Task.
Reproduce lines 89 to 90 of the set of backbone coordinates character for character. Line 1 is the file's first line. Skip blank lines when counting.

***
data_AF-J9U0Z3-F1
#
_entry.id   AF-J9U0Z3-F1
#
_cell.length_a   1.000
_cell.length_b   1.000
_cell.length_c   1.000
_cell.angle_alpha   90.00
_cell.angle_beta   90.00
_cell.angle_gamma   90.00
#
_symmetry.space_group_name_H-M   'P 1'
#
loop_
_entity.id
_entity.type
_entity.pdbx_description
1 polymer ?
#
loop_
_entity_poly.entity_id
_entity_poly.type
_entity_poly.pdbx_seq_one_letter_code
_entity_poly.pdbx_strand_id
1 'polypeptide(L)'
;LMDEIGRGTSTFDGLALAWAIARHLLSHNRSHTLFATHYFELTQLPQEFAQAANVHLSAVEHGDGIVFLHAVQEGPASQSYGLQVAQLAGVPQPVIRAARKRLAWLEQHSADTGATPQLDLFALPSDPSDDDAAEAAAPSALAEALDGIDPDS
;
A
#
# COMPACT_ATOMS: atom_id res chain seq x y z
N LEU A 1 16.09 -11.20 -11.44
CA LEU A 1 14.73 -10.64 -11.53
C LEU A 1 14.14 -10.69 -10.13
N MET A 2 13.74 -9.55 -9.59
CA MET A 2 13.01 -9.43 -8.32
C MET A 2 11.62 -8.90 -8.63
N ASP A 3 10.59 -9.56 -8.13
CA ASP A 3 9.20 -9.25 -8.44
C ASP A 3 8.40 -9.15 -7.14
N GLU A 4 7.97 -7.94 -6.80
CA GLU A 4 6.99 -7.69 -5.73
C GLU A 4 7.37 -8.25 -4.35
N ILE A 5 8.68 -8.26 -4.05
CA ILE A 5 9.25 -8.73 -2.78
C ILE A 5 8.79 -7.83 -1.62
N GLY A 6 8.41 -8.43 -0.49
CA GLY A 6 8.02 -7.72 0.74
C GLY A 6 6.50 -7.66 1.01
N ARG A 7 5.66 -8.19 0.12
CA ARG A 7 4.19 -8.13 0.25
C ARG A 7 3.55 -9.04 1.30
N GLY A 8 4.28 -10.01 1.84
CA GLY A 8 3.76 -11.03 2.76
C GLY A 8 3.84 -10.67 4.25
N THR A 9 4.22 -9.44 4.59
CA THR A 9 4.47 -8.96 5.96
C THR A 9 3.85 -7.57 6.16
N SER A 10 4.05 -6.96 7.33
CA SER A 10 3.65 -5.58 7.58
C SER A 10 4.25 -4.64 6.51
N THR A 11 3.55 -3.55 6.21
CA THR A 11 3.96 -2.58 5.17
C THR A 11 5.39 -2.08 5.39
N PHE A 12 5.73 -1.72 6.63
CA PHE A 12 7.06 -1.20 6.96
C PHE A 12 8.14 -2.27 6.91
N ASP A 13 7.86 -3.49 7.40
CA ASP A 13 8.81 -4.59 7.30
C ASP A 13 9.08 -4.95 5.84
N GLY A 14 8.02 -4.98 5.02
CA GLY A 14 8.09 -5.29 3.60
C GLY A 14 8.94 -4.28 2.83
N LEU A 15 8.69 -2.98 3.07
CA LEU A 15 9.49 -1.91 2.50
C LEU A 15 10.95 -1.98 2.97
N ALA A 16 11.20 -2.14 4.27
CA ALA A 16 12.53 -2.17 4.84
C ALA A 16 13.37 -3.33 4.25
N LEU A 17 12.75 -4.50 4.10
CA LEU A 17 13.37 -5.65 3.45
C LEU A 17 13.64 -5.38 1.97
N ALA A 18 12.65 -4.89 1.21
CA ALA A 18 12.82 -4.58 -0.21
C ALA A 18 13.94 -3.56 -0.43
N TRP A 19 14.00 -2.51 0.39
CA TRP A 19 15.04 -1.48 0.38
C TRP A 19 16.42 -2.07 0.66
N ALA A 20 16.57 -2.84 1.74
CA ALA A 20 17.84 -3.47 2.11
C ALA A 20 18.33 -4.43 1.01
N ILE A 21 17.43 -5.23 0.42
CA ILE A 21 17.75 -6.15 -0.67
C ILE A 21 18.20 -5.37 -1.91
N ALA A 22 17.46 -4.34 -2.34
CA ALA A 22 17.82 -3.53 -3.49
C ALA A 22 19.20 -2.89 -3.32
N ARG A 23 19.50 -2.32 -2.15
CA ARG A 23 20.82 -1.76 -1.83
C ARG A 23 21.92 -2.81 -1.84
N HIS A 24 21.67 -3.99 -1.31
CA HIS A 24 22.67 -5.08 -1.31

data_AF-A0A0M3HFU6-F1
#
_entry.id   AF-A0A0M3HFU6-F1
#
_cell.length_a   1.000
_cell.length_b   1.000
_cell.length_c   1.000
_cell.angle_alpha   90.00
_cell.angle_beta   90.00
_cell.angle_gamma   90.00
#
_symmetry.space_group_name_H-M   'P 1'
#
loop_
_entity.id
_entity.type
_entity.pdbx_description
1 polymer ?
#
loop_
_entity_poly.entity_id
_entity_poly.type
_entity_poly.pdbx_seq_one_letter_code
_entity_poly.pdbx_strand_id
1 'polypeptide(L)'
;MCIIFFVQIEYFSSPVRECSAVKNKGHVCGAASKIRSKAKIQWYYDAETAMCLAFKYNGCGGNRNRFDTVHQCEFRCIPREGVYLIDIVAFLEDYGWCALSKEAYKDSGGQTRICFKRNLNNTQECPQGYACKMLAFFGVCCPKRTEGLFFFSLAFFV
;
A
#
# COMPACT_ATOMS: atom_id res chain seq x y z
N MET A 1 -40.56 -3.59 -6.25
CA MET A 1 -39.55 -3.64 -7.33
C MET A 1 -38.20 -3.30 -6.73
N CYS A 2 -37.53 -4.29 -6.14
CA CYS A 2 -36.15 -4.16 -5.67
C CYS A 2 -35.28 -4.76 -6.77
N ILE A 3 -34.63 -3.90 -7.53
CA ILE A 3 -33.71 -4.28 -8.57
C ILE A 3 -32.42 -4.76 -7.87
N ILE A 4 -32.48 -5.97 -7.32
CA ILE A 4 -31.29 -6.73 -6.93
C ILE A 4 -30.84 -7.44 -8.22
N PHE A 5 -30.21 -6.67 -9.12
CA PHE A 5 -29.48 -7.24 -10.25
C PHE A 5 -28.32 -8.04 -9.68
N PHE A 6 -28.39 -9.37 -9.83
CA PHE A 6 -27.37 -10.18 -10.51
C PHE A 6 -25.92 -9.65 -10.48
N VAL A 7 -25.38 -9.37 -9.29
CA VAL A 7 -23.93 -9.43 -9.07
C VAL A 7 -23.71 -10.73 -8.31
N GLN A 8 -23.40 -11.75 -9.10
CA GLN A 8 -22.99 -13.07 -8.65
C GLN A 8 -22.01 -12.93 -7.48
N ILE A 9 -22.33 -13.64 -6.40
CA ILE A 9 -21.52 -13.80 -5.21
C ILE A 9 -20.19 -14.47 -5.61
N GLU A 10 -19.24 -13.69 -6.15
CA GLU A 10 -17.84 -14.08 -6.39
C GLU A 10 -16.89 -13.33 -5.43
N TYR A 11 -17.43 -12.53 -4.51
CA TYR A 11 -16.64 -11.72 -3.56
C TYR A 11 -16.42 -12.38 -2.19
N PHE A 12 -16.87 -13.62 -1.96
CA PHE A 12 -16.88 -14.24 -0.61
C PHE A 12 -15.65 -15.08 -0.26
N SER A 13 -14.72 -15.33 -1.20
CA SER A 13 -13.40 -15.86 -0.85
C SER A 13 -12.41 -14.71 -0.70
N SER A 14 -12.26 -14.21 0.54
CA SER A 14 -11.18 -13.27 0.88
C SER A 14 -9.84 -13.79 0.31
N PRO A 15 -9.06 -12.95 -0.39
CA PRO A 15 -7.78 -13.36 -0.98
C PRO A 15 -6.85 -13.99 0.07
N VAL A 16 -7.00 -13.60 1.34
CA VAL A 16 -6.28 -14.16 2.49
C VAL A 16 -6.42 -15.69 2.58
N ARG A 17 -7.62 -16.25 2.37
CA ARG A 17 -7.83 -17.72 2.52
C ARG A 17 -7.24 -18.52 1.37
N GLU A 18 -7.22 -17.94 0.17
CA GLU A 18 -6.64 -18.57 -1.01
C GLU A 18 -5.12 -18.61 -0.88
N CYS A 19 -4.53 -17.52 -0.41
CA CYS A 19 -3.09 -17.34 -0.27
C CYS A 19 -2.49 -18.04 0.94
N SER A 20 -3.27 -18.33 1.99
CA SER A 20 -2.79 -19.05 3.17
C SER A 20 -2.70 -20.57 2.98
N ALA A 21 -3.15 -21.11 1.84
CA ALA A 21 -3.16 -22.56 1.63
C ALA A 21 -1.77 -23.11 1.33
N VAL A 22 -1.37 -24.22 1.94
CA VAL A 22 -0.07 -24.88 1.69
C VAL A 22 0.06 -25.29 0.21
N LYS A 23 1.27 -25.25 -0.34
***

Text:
CA ALA A 20 17.84 -3.47 2.11
C ALA A 20 18.33 -4.43 1.01